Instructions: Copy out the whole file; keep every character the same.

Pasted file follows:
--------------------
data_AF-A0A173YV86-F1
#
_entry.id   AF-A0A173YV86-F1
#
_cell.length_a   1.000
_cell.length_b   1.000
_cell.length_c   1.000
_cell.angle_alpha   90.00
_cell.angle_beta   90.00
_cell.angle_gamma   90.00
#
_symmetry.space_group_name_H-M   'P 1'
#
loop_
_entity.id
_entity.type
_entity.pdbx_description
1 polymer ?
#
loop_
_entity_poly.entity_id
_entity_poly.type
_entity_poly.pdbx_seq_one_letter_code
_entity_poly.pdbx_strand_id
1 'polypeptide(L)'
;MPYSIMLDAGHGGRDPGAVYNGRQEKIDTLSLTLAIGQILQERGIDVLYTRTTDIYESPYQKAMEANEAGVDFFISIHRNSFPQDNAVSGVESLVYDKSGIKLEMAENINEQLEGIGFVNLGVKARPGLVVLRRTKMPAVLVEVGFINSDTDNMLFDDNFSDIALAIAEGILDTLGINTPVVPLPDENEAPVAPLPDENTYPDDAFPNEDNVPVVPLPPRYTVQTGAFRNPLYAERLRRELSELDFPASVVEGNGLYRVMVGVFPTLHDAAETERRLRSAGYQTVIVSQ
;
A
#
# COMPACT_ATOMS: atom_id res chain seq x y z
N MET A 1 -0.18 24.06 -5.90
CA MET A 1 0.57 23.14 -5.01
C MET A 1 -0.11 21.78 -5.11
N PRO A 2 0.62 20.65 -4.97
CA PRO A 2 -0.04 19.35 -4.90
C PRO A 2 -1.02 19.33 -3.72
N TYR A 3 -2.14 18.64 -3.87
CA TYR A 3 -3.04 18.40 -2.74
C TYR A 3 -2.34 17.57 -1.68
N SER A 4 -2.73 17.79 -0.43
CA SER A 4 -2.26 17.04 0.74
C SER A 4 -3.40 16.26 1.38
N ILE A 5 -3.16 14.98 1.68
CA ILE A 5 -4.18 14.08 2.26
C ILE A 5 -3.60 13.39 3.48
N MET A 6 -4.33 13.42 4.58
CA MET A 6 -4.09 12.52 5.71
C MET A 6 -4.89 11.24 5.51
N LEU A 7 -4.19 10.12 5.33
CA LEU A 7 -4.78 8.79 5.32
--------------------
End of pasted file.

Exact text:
data_AF-A0A173YV86-F1
#
_entry.id   AF-A0A173YV86-F1
#
_cell.length_a   1.000
_cell.length_b   1.000
_cell.length_c   1.000
_cell.angle_alpha   90.00
_cell.angle_beta   90.00
_cell.angle_gamma   90.00
#
_symmetry.space_group_name_H-M   'P 1'
#
loop_
_entity.id
_entity.type
_entity.pdbx_description
1 polymer ?
#
loop_
_entity_poly.entity_id
_entity_poly.type
_entity_poly.pdbx_seq_one_letter_code
_entity_poly.pdbx_strand_id
1 'polypeptide(L)'
;MPYSIMLDAGHGGRDPGAVYNGRQEKIDTLSLTLAIGQILQERGIDVLYTRTTDIYESPYQKAMEANEAGVDFFISIHRNSFPQDNAVSGVESLVYDKSGIKLEMAENINEQLEGIGFVNLGVKARPGLVVLRRTKMPAVLVEVGFINSDTDNMLFDDNFSDIALAIAEGILDTLGINTPVVPLPDENEAPVAPLPDENTYPDDAFPNEDNVPVVPLPPRYTVQTGAFRNPLYAERLRRELSELDFPASVVEGNGLYRVMVGVFPTLHDAAETERRLRSAGYQTVIVSQ
;
A
#
# COMPACT_ATOMS: atom_id res chain seq x y z
N MET A 1 -0.18 24.06 -5.90
CA MET A 1 0.57 23.14 -5.01
C MET A 1 -0.11 21.78 -5.11
N PRO A 2 0.62 20.65 -4.97
CA PRO A 2 -0.04 19.35 -4.90
C PRO A 2 -1.02 19.33 -3.72
N TYR A 3 -2.14 18.64 -3.87
CA TYR A 3 -3.04 18.40 -2.74
C TYR A 3 -2.34 17.57 -1.68
N SER A 4 -2.73 17.79 -0.43
CA SER A 4 -2.26 17.04 0.74
C SER A 4 -3.40 16.26 1.38
N ILE A 5 -3.16 14.98 1.68
CA ILE A 5 -4.18 14.08 2.26
C ILE A 5 -3.60 13.39 3.48
N MET A 6 -4.33 13.42 4.58
CA MET A 6 -4.09 12.52 5.71
C MET A 6 -4.89 11.24 5.51
N LEU A 7 -4.19 10.12 5.33
CA LEU A 7 -4.78 8.79 5.32